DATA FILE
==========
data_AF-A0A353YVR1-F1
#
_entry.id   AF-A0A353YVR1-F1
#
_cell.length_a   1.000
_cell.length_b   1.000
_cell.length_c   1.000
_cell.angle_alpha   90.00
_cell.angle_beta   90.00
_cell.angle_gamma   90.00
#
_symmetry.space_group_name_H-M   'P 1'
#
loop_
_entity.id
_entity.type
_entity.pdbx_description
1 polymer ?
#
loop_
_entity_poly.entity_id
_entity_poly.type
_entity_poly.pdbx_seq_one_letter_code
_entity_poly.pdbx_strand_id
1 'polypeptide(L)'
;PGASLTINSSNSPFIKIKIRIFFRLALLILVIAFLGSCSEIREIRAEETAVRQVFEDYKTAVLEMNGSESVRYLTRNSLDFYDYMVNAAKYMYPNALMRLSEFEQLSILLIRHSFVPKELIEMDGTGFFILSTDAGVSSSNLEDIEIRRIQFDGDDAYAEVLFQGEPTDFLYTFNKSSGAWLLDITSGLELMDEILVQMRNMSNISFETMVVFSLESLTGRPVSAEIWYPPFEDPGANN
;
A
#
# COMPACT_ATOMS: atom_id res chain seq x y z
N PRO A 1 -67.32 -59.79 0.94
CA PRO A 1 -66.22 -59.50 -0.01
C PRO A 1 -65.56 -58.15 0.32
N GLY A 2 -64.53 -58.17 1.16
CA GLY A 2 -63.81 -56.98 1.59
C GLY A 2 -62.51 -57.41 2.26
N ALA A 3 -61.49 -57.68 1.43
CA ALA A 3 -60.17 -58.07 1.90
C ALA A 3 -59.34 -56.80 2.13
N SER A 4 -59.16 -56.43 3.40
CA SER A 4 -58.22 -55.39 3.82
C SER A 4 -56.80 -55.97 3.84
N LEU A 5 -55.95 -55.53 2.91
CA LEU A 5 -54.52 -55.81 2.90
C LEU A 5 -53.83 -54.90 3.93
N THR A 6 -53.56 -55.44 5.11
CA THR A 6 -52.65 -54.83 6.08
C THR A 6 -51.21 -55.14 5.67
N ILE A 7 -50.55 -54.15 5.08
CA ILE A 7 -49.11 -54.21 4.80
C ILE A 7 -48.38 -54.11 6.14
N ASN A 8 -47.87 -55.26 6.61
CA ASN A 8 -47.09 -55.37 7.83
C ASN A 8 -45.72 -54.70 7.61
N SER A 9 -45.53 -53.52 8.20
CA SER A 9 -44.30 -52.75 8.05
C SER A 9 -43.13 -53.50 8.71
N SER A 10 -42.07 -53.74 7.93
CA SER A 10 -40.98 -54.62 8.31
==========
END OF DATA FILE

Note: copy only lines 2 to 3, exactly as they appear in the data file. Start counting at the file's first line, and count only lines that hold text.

#
_entry.id   AF-A0A353YVR1-F1